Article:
Thursday, March 10, 2011

Cheapest Car to Insure?

You might think that a beige Buick is the cheapest car to insure, as the type of driver who owns one is going to be the type who drives slowly and carefully.  But it isn't that simple, as it turns out.

So you want to get a new car.  And if you're reading this blog, you want to save money.  And of course, the best way to save money is to buy a lightly used, late-model car with about 30,000 miles on the clock.  You'll save at least 30% off the price of a new car, perhaps more.  And it will last nearly as long, if not longer, particularly if you take care of it.

But of course, there are other expenses with owning a car, and for many folks, the largest secondary expense (in addition to the depreciation) is auto insurance.

No doubt, you've seen the annoying ads on the Internet about the "secret trick to low insurance rates!" and wonder what that is all about.  Turns out the secret is no secret at all.  If you own a car that you can pay cash for, you can drop collision and comprehensive coverage and save a bundle.

And if you drop uninsured motorists insurance coverage, as well as the $10,000 medical coverage, and junk coverage like towing and glass, well, you can save even more.

How much more?  Well, I pay about $31 a month to GEICO to insure a 2002 BMW X5 and a 1999 BMW M Roadster (with only 30,000 miles on it!), or about $372 a year.  You really can't get much cheaper than that.

And yet, many people pay hundreds and hundreds more a year, putting collision and comp on $3000 cars, which, if wrecked, will pay out hardly more than what was paid in, in premiums, perhaps less.  If you can't afford to walk away from what is parked in your driveway, you own too much car for your income bracket, period.

But assuming you are buying a late-model used car, which can run from $10,000 to $20,000, you might want to have collision insurance, at least for the first couple of years.  And if you have to borrow from your credit union to buy it, then you have to have collision insurance.

So what car is cheapest to insure if you need collision?  Well the results are somewhat surprising  in that cars you would think would be cheap (a Buick) can be fairly expensive, and some cars you'd think would be expensive (SUVs and Jeeps) are fairly inexpensive.

Collision insurance costs, of course, are going to be determined by two factors - the tendency of the car to get into an accident, which is often determined by driver type, and the cost of the vehicle.  So it is not surprising that the cheapest cars to insure are in fact, minivans.   Minivan drivers are least likely to be hot rodders and reckless drivers.  And most minivans are relatively cheap cars ($30,000 or less) and made in high volumes, and thus are inexpensive to repair.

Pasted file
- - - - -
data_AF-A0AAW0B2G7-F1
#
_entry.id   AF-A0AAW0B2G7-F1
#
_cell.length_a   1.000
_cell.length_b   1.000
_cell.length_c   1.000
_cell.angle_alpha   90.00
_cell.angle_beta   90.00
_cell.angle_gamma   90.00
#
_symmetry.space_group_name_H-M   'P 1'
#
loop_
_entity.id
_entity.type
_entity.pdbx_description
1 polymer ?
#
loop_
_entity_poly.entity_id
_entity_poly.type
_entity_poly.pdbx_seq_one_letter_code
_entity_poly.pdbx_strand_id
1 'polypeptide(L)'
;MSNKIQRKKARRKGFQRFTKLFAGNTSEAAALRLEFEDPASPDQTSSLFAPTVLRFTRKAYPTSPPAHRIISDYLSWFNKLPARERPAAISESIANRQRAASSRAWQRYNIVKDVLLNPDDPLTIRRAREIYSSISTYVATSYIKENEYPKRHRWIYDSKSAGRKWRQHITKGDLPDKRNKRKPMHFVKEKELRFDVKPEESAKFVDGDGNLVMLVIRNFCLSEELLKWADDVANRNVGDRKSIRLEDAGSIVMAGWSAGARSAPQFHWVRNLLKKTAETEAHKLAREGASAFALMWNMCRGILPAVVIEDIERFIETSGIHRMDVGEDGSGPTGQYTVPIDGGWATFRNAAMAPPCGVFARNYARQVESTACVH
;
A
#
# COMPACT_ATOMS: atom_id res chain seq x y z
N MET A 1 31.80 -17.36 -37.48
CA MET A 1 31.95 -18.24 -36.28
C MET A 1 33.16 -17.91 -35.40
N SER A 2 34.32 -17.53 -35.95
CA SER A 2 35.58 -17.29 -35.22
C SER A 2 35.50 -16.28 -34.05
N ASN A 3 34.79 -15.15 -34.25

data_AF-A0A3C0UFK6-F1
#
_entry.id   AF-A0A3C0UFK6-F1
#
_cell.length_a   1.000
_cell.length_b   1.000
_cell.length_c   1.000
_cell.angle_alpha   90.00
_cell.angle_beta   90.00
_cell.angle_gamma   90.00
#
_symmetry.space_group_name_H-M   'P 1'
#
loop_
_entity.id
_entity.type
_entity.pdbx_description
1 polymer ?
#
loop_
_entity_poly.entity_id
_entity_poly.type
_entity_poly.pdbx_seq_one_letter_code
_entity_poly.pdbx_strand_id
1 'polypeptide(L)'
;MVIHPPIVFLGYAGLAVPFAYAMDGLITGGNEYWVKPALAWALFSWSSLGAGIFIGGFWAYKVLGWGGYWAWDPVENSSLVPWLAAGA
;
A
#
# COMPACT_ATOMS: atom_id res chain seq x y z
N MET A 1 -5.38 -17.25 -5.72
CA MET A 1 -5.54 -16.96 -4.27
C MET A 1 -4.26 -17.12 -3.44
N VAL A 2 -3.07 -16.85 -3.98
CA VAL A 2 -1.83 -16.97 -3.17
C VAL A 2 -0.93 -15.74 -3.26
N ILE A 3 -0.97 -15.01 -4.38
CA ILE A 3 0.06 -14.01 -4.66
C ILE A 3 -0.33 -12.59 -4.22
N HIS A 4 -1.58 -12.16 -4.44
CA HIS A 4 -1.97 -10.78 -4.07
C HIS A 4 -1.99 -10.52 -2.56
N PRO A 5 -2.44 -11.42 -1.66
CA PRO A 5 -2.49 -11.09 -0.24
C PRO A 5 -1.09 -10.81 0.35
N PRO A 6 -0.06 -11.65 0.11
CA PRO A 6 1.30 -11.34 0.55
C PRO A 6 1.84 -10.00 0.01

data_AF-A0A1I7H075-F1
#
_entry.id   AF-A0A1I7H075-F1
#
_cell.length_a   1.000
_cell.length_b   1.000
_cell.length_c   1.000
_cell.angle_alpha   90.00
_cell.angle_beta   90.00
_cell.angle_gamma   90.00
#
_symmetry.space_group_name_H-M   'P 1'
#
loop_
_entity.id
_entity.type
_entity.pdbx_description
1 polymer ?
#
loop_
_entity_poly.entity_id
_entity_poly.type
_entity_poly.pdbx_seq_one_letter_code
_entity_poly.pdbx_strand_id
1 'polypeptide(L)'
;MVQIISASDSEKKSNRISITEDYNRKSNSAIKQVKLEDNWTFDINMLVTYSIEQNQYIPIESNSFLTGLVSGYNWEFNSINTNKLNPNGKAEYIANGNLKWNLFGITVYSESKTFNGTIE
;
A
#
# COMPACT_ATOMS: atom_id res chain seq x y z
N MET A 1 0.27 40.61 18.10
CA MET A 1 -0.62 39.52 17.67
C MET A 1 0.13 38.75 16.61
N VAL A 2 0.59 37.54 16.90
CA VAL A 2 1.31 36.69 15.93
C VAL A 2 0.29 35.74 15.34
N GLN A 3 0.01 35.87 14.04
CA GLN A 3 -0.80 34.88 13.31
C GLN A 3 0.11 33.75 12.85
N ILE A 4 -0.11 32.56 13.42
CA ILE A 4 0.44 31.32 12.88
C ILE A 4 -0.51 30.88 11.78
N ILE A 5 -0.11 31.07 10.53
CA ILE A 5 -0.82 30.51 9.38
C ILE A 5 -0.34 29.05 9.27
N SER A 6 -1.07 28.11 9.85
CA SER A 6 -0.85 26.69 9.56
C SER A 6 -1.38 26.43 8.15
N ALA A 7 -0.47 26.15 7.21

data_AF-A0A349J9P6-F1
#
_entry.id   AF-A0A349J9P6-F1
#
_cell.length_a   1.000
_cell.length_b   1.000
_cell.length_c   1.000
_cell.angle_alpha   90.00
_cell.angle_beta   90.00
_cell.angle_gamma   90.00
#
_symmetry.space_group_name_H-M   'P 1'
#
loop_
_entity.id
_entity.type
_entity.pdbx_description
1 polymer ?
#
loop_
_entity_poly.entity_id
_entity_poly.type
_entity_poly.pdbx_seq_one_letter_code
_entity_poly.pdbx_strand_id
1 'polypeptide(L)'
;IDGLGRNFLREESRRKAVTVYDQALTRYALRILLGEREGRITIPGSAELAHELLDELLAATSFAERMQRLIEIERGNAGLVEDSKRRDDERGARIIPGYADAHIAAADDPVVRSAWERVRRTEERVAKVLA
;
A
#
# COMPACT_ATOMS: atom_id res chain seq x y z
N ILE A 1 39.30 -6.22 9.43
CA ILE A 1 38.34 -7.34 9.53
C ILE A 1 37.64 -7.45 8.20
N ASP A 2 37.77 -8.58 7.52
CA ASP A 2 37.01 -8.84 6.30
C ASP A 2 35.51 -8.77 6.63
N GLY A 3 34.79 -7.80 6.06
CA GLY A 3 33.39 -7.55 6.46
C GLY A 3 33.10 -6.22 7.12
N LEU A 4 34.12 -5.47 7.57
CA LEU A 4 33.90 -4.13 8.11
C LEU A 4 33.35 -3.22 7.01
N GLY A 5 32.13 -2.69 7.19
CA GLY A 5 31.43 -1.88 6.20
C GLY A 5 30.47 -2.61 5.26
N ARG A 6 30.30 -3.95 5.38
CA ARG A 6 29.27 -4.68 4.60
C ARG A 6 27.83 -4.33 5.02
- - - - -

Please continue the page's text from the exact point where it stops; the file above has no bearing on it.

New BMWs are somewhat expensive because younger people who lease them may be tempted to drive aggressively.  And since they are expensive cars and parts are expensive (as they are made in limited numbers) they can be costly to repair or total out.  Really esoteric rides, like Porsches and Maseratis top the list, of course.  If you want to play, you have to pay.

But, I have to tell you, the best part of car ownership is when the car is older and worth less.  Most modern cars can go easily 100,000 miles and many reach 200,000 miles without too much effort.  It is nice to have a car - even a BMW - that you don't have to worry about so much, if it is damaged, stolen, or crashed.  And paying only $31 a month for insurance is really the sweetest part.

So why do people pay far, far more for cars than I do, oftentimes to drive econoboxes?  Particularly young people, who often spend more on insurance than car payments?  Why do people jump off bridges?  Because the vast majority are not that bright, and they value status (or what they perceive to be status) over wealth.  Apparent wealth trumps real wealth for most folks.

Which brings up the most salient point about car insurance.  While make and model of car may have some bearing on your cost of insurance, the major factor in determining cost is going to be your age, gender, and your driving record.  You can buy the cheapest car to insure, and it won't really matter, if you have a DUI, 5 speeding tickets, and three accidents on your record, and you are under 26 years old.  Insurance for you will cost thousands and thousands of dollars a year, period.

So the best way to lower your insurance rates is to keep to the speed limit, or don't go too far over, and obey the traffic laws to the letter - and drive defensively, looking out for those vast majority of idiots who are always in a hurry to be somewhere (but whose lives are so empty and pointless, you wonder why they are in such a hurry!).

And yet, we all do just the opposite, which is one reason the poor stay poor.  When I was young, I drove fast, got a lot of tickets, an accident or two, and then had to pay copious amounts for car insurance.  A smarter move would have been to buy a secondhand car for cheap, pay cash for it, and live without collision and comp.  And if I drove normally, my insurance rates would have been somewhat reasonable.

But few young people choose to do that.  At that age, we are all tempted by the shiny lights of the new car dealer, and the idea of being an "adult" and buying a brand new car.  But what we fail to realize as 20-somethings is that being an adult is all about not giving into the temptation to buy things on credit.  Being an adult is all about being fiscally responsible.

But alas, most of us don't learn that lesson until it is too late!